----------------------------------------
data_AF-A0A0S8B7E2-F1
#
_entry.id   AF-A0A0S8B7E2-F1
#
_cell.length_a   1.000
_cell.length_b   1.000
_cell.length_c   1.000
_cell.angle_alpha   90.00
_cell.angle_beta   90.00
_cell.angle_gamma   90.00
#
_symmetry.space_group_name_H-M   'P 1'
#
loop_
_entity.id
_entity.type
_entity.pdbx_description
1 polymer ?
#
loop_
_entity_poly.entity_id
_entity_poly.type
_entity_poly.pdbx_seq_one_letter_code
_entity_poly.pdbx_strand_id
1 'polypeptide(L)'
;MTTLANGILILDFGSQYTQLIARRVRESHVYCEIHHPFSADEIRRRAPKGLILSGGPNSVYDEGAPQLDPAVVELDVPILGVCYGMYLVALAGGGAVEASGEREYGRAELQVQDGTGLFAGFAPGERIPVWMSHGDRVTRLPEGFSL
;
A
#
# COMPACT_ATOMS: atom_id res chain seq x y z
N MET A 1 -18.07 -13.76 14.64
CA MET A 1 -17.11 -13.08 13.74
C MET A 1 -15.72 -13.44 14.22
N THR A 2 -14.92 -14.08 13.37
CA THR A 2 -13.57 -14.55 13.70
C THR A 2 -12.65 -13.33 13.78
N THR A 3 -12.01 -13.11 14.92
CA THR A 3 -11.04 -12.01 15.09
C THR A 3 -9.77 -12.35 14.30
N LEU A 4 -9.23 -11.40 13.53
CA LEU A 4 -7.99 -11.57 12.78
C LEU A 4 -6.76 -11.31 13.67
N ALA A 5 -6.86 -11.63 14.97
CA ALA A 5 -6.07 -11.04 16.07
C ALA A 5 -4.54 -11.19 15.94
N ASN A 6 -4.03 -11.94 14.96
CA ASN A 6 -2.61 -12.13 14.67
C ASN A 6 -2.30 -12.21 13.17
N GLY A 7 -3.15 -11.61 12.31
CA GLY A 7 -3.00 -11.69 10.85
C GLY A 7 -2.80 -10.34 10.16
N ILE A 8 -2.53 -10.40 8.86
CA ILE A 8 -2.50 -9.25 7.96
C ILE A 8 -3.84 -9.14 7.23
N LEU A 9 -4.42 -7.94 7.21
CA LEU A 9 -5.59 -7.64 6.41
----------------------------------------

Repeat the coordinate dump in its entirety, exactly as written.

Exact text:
data_AF-A0A0S8B7E2-F1
#
_entry.id   AF-A0A0S8B7E2-F1
#
_cell.length_a   1.000
_cell.length_b   1.000
_cell.length_c   1.000
_cell.angle_alpha   90.00
_cell.angle_beta   90.00
_cell.angle_gamma   90.00
#
_symmetry.space_group_name_H-M   'P 1'
#
loop_
_entity.id
_entity.type
_entity.pdbx_description
1 polymer ?
#
loop_
_entity_poly.entity_id
_entity_poly.type
_entity_poly.pdbx_seq_one_letter_code
_entity_poly.pdbx_strand_id
1 'polypeptide(L)'
;MTTLANGILILDFGSQYTQLIARRVRESHVYCEIHHPFSADEIRRRAPKGLILSGGPNSVYDEGAPQLDPAVVELDVPILGVCYGMYLVALAGGGAVEASGEREYGRAELQVQDGTGLFAGFAPGERIPVWMSHGDRVTRLPEGFSL
;
A
#
# COMPACT_ATOMS: atom_id res chain seq x y z
N MET A 1 -18.07 -13.76 14.64
CA MET A 1 -17.11 -13.08 13.74
C MET A 1 -15.72 -13.44 14.22
N THR A 2 -14.92 -14.08 13.37
CA THR A 2 -13.57 -14.55 13.70
C THR A 2 -12.65 -13.33 13.78
N THR A 3 -12.01 -13.11 14.92
CA THR A 3 -11.04 -12.01 15.09
C THR A 3 -9.77 -12.35 14.30
N LEU A 4 -9.23 -11.40 13.53
CA LEU A 4 -7.99 -11.57 12.78
C LEU A 4 -6.76 -11.31 13.67
N ALA A 5 -6.86 -11.63 14.97
CA ALA A 5 -6.07 -11.04 16.07
C ALA A 5 -4.54 -11.19 15.94
N ASN A 6 -4.03 -11.94 14.96
CA ASN A 6 -2.61 -12.13 14.67
C ASN A 6 -2.30 -12.21 13.17
N GLY A 7 -3.15 -11.61 12.31
CA GLY A 7 -3.00 -11.69 10.85
C GLY A 7 -2.80 -10.34 10.16
N ILE A 8 -2.53 -10.40 8.86
CA ILE A 8 -2.50 -9.25 7.96
C ILE A 8 -3.84 -9.14 7.23
N LEU A 9 -4.42 -7.94 7.21
CA LEU A 9 -5.59 -7.64 6.41